To jewelry lovers, every diamond tells a compelling story, reason why diamond engagement rings are usually the first go-to option for brides in their special day. But besides being a storyteller a diamond is also a wonderful piece of earth’s history and knowing a little bit about its geological past can take our whole diamond rings perspective into a new level of understanding.
It certainly has to Dr. Steven Shirley, a senior scientist at the Carnegie Institution of Washington, and an avid researcher in diamond geology, a scientific discipline that underscores the unique value of the gem and provides powerful tools for expert estate and antique jewelry stores to excite a customer’s interest in the gem.
“Diamonds are unique containers -forged under unimaginable pressures and temperatures- that preserve minerals from deep within the earth. These tiny samples, which are later cut and polished to give way to diamonds engagement rings and move millions of dollars, also make it possible for scientists to peer hundreds of kilometers deep into the earth’s mantle.”, says Shirley.
And by doing so, scientists like Shirley can have a direct look into thousands of years of the earth’s history and development, provide possible answers for centuries-old conjectures about the origin of the earth and also offer solutions for modern day geological problems.
“When working with diamonds, there is so much research that can be useful and talked about. We are working on the inclusion dating of diamond, which has pushed the age of some diamonds from Canada back as far as 3.5 billion years. The concept that a tiny inclusion captured in a diamond crystal might provide an age of this magnitude—three quarters the earth’s age—is mindboggling”, adds Shirley.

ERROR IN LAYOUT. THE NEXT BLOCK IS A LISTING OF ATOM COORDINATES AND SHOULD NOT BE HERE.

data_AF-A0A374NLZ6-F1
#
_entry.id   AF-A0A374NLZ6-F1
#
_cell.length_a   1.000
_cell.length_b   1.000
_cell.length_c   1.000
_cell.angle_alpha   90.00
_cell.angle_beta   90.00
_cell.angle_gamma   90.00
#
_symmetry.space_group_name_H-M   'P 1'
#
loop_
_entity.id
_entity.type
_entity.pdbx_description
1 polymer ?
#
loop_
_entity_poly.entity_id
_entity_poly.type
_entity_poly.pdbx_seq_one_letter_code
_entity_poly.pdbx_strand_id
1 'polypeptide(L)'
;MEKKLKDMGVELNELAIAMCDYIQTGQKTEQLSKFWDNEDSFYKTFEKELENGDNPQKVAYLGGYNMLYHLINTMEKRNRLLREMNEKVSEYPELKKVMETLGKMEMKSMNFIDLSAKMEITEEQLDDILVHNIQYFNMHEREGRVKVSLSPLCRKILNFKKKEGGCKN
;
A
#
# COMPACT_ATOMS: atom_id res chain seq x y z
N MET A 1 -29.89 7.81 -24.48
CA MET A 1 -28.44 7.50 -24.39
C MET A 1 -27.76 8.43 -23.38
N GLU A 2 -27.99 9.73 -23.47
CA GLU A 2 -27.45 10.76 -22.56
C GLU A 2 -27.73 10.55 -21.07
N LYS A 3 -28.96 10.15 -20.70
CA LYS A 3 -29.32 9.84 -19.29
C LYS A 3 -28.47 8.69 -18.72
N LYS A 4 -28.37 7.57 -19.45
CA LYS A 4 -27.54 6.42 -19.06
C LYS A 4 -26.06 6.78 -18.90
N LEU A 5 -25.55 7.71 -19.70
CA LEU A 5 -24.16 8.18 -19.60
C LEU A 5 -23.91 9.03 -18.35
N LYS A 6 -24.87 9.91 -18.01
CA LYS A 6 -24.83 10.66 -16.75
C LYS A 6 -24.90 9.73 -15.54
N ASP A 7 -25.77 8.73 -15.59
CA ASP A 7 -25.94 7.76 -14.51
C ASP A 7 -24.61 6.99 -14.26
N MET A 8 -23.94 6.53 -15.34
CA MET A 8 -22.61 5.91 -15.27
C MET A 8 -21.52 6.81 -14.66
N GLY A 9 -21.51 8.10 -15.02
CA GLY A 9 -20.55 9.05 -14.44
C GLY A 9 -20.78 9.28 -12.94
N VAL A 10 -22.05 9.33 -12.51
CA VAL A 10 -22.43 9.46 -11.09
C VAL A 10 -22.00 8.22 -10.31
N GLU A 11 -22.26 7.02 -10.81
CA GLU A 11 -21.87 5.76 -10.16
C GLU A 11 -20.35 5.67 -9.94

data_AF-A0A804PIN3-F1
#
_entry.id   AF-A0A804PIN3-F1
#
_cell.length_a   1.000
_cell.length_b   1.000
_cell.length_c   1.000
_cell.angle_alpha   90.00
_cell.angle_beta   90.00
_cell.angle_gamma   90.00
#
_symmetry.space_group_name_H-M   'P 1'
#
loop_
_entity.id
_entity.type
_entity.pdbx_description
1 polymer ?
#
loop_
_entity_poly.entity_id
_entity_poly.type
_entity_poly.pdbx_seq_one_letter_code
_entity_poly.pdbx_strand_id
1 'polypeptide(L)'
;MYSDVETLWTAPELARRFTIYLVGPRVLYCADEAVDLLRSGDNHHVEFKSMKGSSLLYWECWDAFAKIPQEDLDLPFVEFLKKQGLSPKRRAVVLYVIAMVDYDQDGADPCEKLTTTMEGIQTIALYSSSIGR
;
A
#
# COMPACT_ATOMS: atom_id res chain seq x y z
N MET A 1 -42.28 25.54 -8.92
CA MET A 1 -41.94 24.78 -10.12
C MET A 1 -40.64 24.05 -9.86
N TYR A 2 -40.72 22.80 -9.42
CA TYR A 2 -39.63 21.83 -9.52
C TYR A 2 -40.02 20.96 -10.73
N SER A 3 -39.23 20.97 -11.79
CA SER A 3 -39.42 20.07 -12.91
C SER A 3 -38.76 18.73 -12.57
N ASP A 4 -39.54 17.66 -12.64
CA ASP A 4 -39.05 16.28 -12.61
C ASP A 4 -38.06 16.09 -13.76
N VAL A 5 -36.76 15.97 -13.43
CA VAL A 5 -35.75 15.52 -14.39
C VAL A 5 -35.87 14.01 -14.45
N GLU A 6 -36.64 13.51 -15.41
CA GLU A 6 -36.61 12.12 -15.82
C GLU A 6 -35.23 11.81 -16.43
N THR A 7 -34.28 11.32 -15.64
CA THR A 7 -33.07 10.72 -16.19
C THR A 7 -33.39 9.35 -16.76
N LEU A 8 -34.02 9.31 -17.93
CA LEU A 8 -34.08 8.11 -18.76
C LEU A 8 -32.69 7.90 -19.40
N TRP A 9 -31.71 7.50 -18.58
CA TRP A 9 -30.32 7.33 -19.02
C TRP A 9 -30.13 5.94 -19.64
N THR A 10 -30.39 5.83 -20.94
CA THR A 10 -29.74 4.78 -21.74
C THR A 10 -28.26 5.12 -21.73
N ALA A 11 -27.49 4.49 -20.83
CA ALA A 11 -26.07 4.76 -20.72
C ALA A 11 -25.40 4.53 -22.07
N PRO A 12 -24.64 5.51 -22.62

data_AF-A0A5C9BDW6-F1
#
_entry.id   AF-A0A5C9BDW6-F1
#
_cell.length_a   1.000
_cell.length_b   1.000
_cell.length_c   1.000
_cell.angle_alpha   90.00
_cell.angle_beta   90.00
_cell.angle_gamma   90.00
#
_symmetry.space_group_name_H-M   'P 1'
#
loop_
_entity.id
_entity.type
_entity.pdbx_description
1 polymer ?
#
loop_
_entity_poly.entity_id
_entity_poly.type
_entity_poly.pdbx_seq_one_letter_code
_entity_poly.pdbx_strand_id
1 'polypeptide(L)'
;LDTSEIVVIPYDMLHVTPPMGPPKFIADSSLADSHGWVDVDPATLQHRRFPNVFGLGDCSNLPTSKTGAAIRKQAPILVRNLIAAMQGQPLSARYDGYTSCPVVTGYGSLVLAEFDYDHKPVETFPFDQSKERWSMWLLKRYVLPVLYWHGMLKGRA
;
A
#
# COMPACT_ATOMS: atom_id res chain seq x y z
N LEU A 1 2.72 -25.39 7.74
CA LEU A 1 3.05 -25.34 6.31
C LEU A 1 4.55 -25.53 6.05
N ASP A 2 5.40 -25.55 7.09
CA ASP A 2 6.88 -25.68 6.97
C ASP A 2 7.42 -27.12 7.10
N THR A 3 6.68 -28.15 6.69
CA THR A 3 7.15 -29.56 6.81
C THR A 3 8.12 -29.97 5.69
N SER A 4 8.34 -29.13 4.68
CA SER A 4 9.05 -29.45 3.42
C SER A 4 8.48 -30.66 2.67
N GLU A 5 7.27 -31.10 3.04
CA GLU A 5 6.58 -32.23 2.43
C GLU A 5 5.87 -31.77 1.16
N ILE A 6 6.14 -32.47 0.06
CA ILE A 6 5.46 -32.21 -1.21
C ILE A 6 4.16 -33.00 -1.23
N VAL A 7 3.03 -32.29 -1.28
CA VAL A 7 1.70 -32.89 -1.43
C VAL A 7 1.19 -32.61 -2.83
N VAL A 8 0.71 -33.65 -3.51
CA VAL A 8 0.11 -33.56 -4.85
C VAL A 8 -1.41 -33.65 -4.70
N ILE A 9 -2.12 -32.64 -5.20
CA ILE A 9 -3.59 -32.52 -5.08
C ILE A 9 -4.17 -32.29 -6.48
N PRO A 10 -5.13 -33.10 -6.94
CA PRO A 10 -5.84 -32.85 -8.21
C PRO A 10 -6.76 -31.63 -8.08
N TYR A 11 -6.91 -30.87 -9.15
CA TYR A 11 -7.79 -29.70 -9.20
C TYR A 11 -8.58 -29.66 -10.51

To Shirley and his group of scientists, working with diamonds is an exciting opportunity to learn about mysteries of the earth that have been unsolvable for current scientific outlines and procedures, because of their unique formation and characteristics.
“I want to go back in earth’s history to see if the pattern of diamond growth tells us anything unique about the evolution of earth as a planet,” Shirley says.
His research involves selecting suitable inclusion-bearing diamonds from working mines, slicing them into sections to examine their growth history, and finally, breaking out the inclusions within them for age-dating studies.
In short, one of Shirey’s objectives, as a research scientist, is to get word out about his work into the nature of diamond and its fascinating origins deep beneath our planet’s surface. So next time you are looking for diamond engagement rings, also consider the whole history behind them.